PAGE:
This project extends the investigator’s recently completed AKC Canine Health Foundation grant (01840) studying 12 breeds to identify major differences in the degree to which spay or neuter may be related to an increase in joint disorders (hip dysplasia; cranial cruciate ligament tear) and/or cancers (lymphoma; hemangiosarcoma; and mast cell tumor). The original breeds studied were: Labrador Retriever, Golden Retriever, German Shepherd Dog,
Rottweiler, Boxer, Bulldog, Doberman Pinscher, Dachshund, Corgi (both breeds), Chihuahua, Yorkshire Terrier and Shih Tzu. Findings did not associate an increase in diseases in the small breeds with spaying or neutering, while in other breeds disease risk was dependent upon gender, and whether the spay or neuter procedure was performed before or after one year of age (Hart, B.L., L.A. Hart, A.P. Thigpen and N. H. Willits. 2014. Long-term health effects of neutering dogs: Comparison of Labrador Retrievers and Golden Retrievers. PLoS ONE 9(7): 10.1371/journal.pone.0102241.). In this second phase, the following breeds have been added to the study: Great Dane, Australian Shepherd, Bernese Mountain Dog, Cocker Spaniel, Border Collie, Beagle, St. Bernard, Irish Wolfhound, Jack Russell Terrier, Pug, Maltese, Pomeranian, Miniature Schnauzer, Boston Terrier, Australian Cattle Dog, Shetland Sheepdog, English Springer Spaniel, Cavalier King Charles Spaniel, and West Highland White Terrier. Upon completion of the study, the major publisher, Wiley, has agreed to place the total data set of all 31 breeds on an open access website as a resource for breeders, dogs owners and veterinarians.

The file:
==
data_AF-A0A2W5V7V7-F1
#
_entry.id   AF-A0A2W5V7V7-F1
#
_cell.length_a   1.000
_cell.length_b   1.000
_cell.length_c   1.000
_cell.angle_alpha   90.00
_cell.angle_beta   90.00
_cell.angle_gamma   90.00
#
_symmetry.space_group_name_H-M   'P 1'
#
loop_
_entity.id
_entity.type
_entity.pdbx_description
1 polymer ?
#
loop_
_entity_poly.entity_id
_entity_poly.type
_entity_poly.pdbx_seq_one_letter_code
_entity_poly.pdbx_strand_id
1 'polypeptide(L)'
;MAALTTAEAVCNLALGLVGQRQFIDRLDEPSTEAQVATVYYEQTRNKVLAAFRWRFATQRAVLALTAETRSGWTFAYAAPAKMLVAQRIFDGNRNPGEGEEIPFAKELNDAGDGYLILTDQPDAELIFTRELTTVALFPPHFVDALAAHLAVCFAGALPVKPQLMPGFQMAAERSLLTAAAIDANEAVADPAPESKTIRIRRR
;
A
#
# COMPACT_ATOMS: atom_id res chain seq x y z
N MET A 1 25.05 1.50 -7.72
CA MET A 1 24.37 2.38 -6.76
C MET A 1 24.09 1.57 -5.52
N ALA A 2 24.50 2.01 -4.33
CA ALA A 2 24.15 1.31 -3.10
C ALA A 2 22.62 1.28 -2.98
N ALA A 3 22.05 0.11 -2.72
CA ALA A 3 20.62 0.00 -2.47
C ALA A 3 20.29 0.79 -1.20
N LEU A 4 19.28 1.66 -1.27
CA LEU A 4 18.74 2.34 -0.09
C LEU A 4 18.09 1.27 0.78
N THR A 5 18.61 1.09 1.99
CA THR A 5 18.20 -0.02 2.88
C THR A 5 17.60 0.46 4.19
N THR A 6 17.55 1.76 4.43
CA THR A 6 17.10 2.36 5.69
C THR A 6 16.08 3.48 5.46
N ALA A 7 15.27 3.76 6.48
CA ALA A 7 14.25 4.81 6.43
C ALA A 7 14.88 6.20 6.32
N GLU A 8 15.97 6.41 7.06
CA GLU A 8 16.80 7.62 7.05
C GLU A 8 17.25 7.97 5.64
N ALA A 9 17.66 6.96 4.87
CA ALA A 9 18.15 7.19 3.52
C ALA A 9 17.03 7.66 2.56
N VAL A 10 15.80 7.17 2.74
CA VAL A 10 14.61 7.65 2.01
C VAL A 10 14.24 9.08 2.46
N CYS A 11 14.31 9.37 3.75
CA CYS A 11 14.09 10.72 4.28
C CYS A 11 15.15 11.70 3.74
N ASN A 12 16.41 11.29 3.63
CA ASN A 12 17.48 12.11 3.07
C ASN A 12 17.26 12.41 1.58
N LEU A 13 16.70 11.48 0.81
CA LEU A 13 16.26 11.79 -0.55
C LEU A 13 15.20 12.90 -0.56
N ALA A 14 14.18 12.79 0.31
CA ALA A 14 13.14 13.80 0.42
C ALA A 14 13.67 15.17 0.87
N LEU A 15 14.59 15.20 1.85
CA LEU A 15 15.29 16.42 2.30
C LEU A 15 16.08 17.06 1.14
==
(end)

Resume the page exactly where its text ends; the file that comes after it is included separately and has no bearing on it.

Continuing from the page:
Dr. Benjamin L Hart, DVM, PhD; University of California, Davis